Short term pain for long term pain… its a lose lose proposition.

Newbie-Yes i know all this, and tried to sway potential client.
This is what he wants. I have bills to pay. End of story.
As for putting my name to it, I will do the best possible job I can do, as usual. I will not guarantee the paver lights for more than 1 year, where my other usual fixtures will be warranted much longer. In the end client will be happy he has what he wants. He will recommend me. I at least talked him out of as many lights he originally wanted, and will stagger the lights both sides of walkways. Around a patio the lights will be spaced at least 10′. He wanted same lights on steps that has 5 landings and also on front door steps, I talked him out of that and steps will get my usual hardscape/step lights. Also talked him into highlighting his address plaque and 2 trees to give some distraction away from paver lights.
All in all even though I dont like paver lights I think it will look good and client will be happy. I am not going to be a prima-donna and say “if you dont do it my way i’m not doing it”
It’s his money and as long as I give him a quality installation he will be happy.

Experienced designer-I understand your position completely. I was just offering my advice gained over 14 years in this biz. Just remember, the client may be happy initially, but when those things start to fail (and they will) he will probably include you when he tells others; “Oh that low voltage lighting stuff is all crap! I spent a ton of money on mine and it all failed. I wish I never hired that guy either cause he says the only way to fix it is re-install more of the same.” It is amazing how quickly dis-satisfied clients will forget that you told them so, and associate you with their lack of satisfaction.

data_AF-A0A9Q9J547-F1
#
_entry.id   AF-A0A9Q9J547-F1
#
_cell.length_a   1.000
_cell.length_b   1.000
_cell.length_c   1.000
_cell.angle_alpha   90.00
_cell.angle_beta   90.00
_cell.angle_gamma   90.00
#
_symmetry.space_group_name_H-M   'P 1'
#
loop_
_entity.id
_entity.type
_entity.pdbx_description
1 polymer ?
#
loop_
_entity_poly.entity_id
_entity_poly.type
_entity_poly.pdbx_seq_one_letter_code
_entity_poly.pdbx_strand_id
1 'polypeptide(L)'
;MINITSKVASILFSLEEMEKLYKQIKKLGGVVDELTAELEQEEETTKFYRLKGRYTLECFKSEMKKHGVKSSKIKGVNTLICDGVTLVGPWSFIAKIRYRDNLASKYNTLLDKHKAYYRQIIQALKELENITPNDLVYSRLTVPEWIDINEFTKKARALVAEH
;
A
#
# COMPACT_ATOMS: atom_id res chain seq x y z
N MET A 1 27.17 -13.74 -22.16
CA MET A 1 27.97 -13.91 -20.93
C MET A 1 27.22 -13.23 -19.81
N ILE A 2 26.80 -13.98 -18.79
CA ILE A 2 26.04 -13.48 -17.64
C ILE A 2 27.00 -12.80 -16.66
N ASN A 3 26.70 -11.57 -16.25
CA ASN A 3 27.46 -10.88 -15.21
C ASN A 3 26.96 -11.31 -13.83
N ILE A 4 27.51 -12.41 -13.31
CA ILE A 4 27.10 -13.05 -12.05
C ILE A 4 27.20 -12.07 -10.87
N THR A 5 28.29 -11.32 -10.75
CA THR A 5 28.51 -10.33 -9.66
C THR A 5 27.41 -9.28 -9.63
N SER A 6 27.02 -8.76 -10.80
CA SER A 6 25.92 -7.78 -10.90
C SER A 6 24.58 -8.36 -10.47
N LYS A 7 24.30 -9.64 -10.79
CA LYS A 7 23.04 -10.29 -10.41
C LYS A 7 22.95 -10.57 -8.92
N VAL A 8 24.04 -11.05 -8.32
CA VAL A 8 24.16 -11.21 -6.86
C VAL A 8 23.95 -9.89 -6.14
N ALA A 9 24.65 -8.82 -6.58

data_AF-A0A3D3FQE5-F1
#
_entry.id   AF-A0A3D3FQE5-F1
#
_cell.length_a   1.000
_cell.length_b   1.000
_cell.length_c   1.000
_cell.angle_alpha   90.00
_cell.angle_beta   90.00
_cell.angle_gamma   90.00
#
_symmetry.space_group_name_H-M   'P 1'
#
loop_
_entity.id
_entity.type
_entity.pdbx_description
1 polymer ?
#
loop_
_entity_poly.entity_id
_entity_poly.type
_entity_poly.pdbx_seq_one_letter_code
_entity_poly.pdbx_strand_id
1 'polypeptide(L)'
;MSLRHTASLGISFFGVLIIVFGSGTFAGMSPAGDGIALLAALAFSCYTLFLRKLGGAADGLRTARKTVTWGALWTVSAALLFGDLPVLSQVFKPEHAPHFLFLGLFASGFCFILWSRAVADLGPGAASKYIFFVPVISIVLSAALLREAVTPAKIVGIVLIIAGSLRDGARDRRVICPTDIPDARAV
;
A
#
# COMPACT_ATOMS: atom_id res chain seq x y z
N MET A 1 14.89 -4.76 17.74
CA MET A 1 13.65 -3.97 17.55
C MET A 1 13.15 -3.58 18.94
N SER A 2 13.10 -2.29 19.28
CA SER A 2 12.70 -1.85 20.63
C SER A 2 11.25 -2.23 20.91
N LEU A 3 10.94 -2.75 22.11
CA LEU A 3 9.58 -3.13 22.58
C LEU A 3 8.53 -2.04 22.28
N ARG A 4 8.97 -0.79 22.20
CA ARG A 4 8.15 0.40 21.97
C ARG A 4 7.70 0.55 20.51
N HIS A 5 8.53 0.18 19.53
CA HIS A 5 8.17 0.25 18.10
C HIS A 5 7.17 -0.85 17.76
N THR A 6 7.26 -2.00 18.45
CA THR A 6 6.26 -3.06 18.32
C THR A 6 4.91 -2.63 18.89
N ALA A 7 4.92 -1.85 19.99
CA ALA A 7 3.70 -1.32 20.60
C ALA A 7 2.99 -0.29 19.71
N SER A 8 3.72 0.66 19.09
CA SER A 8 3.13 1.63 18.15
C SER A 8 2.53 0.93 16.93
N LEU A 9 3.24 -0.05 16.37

There are times, and jobs, when it is better to simply say that we advise against this type of installation and we do not do this type of work and move along. It has nothing to do with being a prima donna and everything to do with working with integrity and being professional.

best of luck.

I love this thread because it is filled with so many lessons.

I think this is one of the main reasons that there are so many low quality and failed landscape lighting systems out there.

From the standpoint of a Property owner

Run don’t walk away from any designer who doesn’t challenge your ideas based upon his past experience or offer any advice even if its contrary regarding your wants and needs and is afraid to do so because he may lose a project over it or appear a Prima Donna. In other words yes men may be great for your ego but they will not always be working in your best interests.

From the standpoint of a designer

This paragraph really capsulizes it in a nut shell.

There are times, and jobs, when it is better to simply say that we advise against this type of installation and we do not do this type of work and move along. It has nothing to do with being a prima donna and everything to do with working with integrity and being professional.
If more designers took this approach I think the world of landscape lighting would be a much better place.

This landscape lighting blog is published by Mike Gambino of Gambino landscape lighting inc. all rights reserved. Mike is a professional landscape lighting system designer/ builder and has been designing, installing and maintaining landscape lighting systems for more than 20 years. Mike resides in the Los Angeles area with his wife and 2 sons. To visit his website go to . To inquire about hiring Mike please click here .